Google values relevant, high-quality backlinks and if you’re completing a German link building campaign then it’s essential that links come from other, relevant websites in the same language. A link from a site focused on Austria, say, will help you appear higher for all German searches, but will give you an extra boost in Austria itself.
“Googeln” - the German word for searching online
For the vast majority of German speakers, Google is the ultimate search engine. About 95% of the Internet searches in Germany are performed through Google, using Google.de, Google.com and Google Image search, or through search engines like AOL, T-Online and Web.de, which all use Google results. Other search engines just play a minor role, sharing the remaining 5%. In the UK, Google also dominates the search engine market with a market share of about 88%. Considering the importance of Google in Germany, German SEO has to focus on boosting the visibility through this particular search engine.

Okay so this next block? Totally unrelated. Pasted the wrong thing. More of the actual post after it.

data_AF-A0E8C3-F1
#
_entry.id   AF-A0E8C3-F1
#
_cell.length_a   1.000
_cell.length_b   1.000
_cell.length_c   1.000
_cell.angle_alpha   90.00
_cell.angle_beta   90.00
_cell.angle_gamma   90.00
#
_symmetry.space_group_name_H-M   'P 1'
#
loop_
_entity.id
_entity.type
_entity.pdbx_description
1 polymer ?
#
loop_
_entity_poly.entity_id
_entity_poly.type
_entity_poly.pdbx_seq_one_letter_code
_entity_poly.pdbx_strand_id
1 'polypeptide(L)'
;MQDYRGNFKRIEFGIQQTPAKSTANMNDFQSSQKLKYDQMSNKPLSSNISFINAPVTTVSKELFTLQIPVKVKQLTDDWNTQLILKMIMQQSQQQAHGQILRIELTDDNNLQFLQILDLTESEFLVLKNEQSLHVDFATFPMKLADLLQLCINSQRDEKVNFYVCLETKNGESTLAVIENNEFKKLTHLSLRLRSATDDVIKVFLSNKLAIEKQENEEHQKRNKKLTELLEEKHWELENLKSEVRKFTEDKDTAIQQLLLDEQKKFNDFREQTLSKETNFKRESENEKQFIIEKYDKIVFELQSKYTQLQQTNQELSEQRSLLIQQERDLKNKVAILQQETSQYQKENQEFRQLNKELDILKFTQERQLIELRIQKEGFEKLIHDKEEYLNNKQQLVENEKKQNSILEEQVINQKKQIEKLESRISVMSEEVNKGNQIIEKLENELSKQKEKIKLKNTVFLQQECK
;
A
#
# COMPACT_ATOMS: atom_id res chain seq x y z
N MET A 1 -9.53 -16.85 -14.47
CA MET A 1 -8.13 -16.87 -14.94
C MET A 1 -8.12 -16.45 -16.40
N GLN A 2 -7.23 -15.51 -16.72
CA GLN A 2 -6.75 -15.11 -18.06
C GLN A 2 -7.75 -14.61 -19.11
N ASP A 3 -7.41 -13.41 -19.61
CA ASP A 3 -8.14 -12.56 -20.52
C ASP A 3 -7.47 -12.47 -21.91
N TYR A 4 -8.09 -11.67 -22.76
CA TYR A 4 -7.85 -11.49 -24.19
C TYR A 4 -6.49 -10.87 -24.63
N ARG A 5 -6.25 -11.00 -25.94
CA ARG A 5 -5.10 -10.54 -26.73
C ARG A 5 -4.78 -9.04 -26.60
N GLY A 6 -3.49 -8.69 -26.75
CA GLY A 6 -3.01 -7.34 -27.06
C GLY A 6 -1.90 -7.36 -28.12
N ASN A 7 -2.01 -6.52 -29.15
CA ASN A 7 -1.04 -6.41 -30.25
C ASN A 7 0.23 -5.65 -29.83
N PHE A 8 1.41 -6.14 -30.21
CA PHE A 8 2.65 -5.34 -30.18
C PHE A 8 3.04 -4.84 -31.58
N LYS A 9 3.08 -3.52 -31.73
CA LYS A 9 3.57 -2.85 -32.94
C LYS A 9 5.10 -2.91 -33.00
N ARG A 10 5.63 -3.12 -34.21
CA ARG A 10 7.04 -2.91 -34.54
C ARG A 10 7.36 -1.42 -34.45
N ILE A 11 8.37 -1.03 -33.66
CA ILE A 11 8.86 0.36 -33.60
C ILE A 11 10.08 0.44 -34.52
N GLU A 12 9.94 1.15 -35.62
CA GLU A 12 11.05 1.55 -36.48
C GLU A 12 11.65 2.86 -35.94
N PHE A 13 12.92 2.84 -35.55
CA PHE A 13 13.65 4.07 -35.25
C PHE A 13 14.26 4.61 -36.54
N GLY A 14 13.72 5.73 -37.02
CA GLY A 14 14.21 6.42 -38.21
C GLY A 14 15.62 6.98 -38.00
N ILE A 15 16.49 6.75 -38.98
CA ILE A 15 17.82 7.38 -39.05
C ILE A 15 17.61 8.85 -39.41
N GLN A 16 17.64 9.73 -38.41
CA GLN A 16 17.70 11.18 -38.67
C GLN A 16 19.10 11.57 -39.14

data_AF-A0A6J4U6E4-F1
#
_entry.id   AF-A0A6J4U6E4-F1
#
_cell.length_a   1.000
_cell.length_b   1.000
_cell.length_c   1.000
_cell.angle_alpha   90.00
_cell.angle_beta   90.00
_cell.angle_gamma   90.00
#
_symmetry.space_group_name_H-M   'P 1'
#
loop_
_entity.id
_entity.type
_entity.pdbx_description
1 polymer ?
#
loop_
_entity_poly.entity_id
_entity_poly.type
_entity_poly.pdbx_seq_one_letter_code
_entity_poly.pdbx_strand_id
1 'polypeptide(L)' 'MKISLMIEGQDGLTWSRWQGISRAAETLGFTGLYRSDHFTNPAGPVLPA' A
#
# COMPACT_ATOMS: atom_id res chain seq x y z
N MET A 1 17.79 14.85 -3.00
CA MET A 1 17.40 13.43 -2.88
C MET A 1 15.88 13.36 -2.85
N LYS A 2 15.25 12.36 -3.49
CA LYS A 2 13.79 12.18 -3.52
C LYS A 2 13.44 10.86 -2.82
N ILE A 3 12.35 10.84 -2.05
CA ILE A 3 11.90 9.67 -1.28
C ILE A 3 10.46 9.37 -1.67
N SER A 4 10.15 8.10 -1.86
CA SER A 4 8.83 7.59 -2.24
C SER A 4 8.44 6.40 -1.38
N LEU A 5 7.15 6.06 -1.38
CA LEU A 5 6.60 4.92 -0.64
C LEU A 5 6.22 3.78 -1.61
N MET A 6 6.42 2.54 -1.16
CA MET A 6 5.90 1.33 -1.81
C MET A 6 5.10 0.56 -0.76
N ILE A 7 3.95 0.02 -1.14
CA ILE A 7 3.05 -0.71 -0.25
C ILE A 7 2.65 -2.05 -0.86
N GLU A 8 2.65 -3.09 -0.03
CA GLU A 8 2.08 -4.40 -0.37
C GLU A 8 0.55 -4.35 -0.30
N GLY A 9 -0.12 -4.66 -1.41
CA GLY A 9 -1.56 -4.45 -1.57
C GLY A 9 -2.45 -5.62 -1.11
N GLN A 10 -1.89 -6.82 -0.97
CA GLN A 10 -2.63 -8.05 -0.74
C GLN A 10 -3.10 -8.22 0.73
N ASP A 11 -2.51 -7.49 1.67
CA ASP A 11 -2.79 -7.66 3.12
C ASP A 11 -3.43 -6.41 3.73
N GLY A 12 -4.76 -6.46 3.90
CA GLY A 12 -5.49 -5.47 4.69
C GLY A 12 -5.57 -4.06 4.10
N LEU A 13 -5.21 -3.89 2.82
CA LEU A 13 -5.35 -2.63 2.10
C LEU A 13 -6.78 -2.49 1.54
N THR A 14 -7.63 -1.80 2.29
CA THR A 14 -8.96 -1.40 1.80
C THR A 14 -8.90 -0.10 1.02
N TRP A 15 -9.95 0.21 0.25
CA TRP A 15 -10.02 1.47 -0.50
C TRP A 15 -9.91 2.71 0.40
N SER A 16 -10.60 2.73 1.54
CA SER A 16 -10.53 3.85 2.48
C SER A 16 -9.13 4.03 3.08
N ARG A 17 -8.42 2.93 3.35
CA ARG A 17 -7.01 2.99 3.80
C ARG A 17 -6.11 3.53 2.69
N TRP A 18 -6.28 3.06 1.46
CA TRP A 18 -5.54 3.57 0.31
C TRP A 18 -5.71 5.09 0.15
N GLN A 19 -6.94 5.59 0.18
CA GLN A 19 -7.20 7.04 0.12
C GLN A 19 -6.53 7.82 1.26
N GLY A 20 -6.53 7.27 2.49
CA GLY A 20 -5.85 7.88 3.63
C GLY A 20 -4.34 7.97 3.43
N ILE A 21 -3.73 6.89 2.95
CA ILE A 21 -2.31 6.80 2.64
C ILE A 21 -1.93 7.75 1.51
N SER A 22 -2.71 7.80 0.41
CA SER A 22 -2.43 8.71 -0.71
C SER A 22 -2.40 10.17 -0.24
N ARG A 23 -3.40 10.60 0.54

Compared to the UK and USA, where most companies with a web presence do have an SEO strategy, the concept of SEO in Germany is still outdated, with few companies focusing on generating high quality content and building relevant links from high authority sites via guest posting or infographics (SEO methods that have been proven to be effective in 2017).
This therefore creates an opportunity to expand into a new market, particularly when you consider that about 93% of web activity starts with opening a search engine and at least 75% of search engine users choose a search result from the first page.
Overall, Germans tend to have more trust in websites in their mother tongue, than in foreign ones. They prefer searching in their own mother tongue and when shopping online they choose German companies and websites, as they assume them to be more reliable and to deliver higher quality. Therefore, if you aim to succeed in the German market, German translation and SEO is the best way to achieve this goal.